Hi all,

I am running some crustal models implementing visco-plastic rheology. During my runs, regardless of the adopted crustal geometry/density/viscosity, I have noticed that the total pressure is negative at shallow depths. I have incorporated a free surface at the top boundary, free slip at the bottom boundary and a very low, symmetric extensional velocity at the lateral boundaries. At first, I thought that this result comes from the dynamic pressure component caused by extension. However, the dynamic pressure, with velocities of a few mm/yr, should be very low, and should not exceed the lithostatic pressure, except maybe at the surface. Maybe you can explain to me why this happens?

Thank you very much!

Alessio

Hi Alessio,

Thank you for posting this question to the forum! Short answer, negative pressures near the model surface is quite common in extension models, even for slow extension rates. As you stated, this arises from the dynamic pressure component in extension.

How far down (depth) do the negative pressures extend in your models?

For a lithospheric-scale model with resolution on the order of 0.5-2 km, my recollection is that the negative pressures would normally be in the top 1 or 2 elements.

For reference, the default in the visco plastic model is to set the pressure for the Drucker Prager plasticity to 0 if it is negative:

Please let us know if you would like to discuss further, particularly if you think the model results are show unrealistically large regions with negative pressures.

Cheers,

John

Dear John,

Thank you very much for your quick reply. I have made sure that negative pressures are not allowed for the Drucker-Prager plasticity, but I am trying to understand why this problem arises. Right now, I have a negative pressure in the top 2 km of my model, corresponding to 4 cells with a dimension of 500m. Maybe my estimation is completely wrong, but by applying an extensional velocity of 1 mm/yr, being the dynamic pressure P_d = 0.5*rho*u^2, I should have values of P_d in the order of 10^-17 – 10^-18 Pa. If this is true, negative values of total pressure should never appear, except at the surface where P=0. However, when I check the output values from ASPECT for the nonadiabatic pressure, they range between 10^6 and 10^8 Pa. Can you give me some explanation about this difference in estimations?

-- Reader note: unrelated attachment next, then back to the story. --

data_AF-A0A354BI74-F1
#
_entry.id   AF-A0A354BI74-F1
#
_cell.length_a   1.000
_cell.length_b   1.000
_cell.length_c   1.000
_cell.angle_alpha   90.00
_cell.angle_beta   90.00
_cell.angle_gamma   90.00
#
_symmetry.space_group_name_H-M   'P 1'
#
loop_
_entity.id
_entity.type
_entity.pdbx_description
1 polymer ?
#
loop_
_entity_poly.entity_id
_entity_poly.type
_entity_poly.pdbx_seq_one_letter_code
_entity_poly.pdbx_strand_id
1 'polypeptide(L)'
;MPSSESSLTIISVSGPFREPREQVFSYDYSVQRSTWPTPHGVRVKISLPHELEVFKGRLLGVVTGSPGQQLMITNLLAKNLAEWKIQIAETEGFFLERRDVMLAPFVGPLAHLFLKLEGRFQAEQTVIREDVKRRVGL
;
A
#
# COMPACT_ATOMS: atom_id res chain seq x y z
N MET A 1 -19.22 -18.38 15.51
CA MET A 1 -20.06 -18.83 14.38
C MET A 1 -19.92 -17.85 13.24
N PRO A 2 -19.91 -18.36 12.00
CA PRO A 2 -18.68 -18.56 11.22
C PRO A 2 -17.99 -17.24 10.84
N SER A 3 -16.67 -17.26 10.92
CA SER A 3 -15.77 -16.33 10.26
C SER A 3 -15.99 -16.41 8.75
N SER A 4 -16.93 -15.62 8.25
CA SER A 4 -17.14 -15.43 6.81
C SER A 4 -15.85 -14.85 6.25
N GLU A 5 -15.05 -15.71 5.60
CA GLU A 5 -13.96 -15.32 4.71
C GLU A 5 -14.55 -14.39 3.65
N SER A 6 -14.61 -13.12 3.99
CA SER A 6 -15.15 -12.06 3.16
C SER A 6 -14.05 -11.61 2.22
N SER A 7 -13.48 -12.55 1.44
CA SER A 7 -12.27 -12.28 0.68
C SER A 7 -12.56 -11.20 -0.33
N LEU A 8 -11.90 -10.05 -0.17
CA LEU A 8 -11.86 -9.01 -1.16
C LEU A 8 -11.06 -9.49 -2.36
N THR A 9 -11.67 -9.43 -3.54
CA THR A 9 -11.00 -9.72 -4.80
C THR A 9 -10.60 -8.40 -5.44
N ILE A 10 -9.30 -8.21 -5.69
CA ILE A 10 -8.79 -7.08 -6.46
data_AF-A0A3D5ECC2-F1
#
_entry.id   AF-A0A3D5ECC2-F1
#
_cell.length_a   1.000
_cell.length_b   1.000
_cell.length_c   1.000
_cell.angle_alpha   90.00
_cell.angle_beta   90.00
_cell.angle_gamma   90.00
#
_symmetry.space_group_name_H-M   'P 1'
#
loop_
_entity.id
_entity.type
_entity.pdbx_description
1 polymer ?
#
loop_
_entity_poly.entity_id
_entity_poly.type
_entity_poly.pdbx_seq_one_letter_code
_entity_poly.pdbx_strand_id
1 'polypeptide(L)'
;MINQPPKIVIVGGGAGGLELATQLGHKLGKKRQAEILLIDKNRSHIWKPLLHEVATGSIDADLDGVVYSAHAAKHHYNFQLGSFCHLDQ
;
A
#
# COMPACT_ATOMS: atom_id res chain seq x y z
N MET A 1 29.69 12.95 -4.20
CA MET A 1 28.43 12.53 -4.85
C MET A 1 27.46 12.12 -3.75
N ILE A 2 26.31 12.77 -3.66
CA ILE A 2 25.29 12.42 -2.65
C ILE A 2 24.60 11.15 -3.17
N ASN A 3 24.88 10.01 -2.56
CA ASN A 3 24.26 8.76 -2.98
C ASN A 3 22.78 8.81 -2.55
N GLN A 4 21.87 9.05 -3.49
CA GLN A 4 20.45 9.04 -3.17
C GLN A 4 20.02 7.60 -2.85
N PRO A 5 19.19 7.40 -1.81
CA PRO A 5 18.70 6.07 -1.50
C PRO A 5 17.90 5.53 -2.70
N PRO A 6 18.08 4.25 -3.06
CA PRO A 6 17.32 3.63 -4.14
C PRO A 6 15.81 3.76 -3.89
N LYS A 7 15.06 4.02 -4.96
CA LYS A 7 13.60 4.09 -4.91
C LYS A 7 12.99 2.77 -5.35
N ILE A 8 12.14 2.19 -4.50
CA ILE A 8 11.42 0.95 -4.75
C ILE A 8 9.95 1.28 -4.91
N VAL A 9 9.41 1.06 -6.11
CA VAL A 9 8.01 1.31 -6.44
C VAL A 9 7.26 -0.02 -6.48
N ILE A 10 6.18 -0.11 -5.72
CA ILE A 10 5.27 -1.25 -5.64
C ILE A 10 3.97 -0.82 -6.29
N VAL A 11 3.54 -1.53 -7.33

Thanks again,

Alessio

@Alessio The fundamental problem is that we *think* that the pressure at the surface should be zero, but that’s not what the mathematics provide. The Stokes equations produce a pressure that is only determined up to an additive constant. So we can fix the pressure at a point, or we can select the *average* pressure along the surface to be zero, or we can select the average pressure throughout the domain to be zero. All of these are valid choices for the Stokes equations, and if you look at your input file (or the `parameters.prm`

file in your output directory), I suspect that you have the second of the options above selected. But that only means that the *average* surface pressure is zero, not that the pressure is zero along the entire surface.

Best

W.

Hi Alessio, Hi Wolfgang,

@Alessio to follow on @bangerth point above, we actually specifically disable pressure normalization with the free surface:

Regarding the values of the dynamic pressure, I think to first order the values you are seeing are not unreasonable.

If one just considers a strain rate of 1.e-16 (~ average value expected for 1 mm/yr over a 200 km wide model) and a viscosity of 1e22 or 1e24 Pa s, this gives stress value of 1 or 100 MPa (i.e, in the range you are seeing).

Is their localized deformation in your model (i.e., are there strong gradients in velocity and viscosity due to faulting)?

If yes, can you run the same model with a fixed viscosity for one time step and see if the predicted stresses and dynamic pressure is consistent with the strain rate and viscosity value?

Cheers,

John

Dear John and Wolfgang,

thank you very much for your fast and thorough reply. Actually, I have not tried to run a model with fixed viscosity, and it is indeed a test that I should carry out. I will do that and keep you posted.

Also, thank you very much for your suggestion to disable the pressure normalization with the free surface. However, in the prm file I already disabled the pressure normalization (set Pressure normalization = no)

I will keep on posting my results on this thread.

Very best,

Alessio